A mass grave with the mutilated bodies of 230 tribesmen of the al Shaitaat tribe killed by ISIS for opposing the Islamic State has been discovered in eastern Syria.
The local activists claim that most of the bodies bore signs of brutal torture. The members of the al-Shaitaat tribe fought the ISIS during the summer.
The Vice News report claimed that the slaughter was perpetrated in a struggle for control of oil resources near the town of Mohassan, and that the victims were mostly able males.
The report quotes one survivor who described seeing "many heads hanging on walls while I and my family escaped." Individuals living in the area also reported seeing freshly-dug mass graves
According to the UK-based monitoring group, the Syrian Observatory for Human Rights, the mass graves were found in al- Keshkeyyi Desert in the eastern countryside of Deir Ezzor.
According to the Syrian Observatory estimates, a total 900 members of the al-Shaitaat tribe have been killed by ISIS to date.
Earlier in October, at least 220 tribesmen were found dead in Iraq after militants from the Islamic State exacted a bloody revenge on Sunni leaders who had been organising resistance movements against them.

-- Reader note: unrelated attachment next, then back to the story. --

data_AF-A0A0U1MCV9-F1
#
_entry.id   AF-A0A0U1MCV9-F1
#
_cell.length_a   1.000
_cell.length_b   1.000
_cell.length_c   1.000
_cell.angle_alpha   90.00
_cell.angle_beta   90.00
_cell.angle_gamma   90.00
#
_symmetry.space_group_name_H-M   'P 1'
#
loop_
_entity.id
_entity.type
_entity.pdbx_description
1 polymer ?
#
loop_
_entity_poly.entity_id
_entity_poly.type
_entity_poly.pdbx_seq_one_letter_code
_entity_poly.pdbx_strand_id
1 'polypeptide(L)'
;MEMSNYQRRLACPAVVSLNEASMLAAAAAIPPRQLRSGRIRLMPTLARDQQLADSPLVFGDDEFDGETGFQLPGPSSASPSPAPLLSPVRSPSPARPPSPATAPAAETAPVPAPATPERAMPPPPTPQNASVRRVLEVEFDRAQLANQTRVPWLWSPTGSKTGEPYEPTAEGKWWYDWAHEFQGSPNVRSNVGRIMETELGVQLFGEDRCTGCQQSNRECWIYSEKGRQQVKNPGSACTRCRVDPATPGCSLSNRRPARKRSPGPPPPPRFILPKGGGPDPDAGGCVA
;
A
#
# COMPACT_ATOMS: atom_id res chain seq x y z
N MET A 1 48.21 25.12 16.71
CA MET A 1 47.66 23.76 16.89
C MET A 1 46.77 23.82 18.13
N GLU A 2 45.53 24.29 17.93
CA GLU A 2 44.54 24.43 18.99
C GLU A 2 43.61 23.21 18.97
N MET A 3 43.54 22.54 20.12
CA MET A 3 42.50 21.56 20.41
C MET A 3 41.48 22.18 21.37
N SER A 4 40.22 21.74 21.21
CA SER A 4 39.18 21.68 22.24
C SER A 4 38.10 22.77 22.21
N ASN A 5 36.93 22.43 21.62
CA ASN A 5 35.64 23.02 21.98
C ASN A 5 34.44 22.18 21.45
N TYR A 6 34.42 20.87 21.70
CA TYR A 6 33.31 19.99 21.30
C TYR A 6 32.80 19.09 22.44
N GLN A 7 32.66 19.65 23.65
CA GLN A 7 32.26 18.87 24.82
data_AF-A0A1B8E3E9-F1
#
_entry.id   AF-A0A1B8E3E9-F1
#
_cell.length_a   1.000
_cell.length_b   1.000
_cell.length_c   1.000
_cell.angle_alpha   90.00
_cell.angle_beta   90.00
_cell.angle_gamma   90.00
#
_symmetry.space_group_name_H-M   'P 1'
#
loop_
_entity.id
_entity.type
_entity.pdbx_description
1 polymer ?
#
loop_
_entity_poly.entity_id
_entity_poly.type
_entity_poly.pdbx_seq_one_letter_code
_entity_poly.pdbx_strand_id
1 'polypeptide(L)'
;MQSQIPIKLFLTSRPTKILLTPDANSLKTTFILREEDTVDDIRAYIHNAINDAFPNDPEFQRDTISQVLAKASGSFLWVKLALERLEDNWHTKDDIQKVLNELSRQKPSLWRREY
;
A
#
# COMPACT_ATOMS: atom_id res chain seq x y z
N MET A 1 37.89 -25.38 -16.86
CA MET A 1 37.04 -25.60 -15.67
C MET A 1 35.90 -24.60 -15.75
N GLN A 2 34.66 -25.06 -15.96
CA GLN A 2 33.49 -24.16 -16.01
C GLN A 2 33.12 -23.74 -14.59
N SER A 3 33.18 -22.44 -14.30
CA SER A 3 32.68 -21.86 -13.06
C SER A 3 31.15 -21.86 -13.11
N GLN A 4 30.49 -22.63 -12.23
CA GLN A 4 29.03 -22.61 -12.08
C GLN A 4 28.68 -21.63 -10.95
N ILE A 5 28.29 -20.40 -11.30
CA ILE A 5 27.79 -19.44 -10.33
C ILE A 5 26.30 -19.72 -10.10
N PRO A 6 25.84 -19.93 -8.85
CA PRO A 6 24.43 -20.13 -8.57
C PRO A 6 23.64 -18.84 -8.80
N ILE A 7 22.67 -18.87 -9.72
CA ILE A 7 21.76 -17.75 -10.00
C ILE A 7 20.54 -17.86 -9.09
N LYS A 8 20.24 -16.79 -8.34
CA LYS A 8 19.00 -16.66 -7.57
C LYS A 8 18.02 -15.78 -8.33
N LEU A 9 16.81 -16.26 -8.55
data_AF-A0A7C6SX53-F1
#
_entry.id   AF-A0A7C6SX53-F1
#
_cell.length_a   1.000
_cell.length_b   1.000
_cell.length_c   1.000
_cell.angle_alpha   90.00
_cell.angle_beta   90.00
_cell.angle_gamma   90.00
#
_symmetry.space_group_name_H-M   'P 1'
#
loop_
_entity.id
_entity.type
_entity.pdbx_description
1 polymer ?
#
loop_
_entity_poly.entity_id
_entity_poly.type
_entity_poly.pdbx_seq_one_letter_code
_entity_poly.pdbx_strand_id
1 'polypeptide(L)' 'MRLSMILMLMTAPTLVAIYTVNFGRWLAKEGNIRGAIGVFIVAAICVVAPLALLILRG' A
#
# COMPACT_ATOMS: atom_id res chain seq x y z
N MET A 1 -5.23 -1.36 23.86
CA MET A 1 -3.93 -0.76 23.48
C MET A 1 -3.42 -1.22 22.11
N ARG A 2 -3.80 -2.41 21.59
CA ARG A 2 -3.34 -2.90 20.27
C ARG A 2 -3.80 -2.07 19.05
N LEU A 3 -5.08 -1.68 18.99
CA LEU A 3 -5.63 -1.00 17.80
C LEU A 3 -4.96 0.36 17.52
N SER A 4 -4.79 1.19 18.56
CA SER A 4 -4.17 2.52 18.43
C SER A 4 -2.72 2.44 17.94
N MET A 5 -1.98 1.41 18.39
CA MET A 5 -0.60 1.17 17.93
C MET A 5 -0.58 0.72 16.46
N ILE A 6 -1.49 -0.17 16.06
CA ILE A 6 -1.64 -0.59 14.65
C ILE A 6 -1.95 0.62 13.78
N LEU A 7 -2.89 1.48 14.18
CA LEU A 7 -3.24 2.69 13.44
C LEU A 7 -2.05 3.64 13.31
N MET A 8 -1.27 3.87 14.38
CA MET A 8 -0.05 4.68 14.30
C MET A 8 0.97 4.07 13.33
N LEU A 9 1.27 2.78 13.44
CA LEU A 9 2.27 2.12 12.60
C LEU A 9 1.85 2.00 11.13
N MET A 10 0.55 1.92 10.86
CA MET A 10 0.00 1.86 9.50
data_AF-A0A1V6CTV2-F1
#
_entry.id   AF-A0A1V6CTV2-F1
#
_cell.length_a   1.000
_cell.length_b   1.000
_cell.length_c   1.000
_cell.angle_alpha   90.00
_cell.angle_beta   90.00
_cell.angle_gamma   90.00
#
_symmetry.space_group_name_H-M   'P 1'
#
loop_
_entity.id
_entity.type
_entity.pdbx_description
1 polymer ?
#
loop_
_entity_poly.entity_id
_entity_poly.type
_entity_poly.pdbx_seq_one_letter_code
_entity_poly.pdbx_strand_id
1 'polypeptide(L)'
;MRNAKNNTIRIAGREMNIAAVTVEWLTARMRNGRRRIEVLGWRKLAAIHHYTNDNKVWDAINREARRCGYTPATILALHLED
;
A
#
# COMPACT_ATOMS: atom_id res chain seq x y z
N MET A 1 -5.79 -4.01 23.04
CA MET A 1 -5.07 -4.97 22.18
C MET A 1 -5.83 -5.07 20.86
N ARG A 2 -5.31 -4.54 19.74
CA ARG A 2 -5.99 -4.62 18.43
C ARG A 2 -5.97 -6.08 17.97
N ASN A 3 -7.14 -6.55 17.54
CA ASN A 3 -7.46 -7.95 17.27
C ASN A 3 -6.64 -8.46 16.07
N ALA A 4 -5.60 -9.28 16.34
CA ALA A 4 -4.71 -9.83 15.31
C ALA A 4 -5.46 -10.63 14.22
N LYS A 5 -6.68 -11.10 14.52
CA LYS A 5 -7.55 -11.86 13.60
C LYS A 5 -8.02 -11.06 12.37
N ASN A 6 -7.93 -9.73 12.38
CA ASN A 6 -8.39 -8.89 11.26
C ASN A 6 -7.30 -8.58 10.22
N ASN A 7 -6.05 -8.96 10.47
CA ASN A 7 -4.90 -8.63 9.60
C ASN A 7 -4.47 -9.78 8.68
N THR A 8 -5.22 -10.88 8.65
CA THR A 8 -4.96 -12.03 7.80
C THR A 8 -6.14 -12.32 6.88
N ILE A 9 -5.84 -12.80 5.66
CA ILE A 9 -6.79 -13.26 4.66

More than 150 members of the Sunni Albu Nimr tribe were found in a mass grave near Ramadi in Anbar province, while the corpses of another 48 members were discovered near Hit, according to the Daily Mail.
The report also stated that the ISIS militants massacred 30 Albu Nimr men in broad daylight in the centre of Hit, which is also in Anbar, after parading them through the streets using loudspeakers to declare them apostates.
ISIS claimed that the Sunni tribes were 'apostates' as they had allied with the Iraqi government and were helping to organise anti-ISIS operations throughout the province, hence, they were to be executed according to the Sharia law.
VIDEO:GRAPHIC DISTURBING CONTENT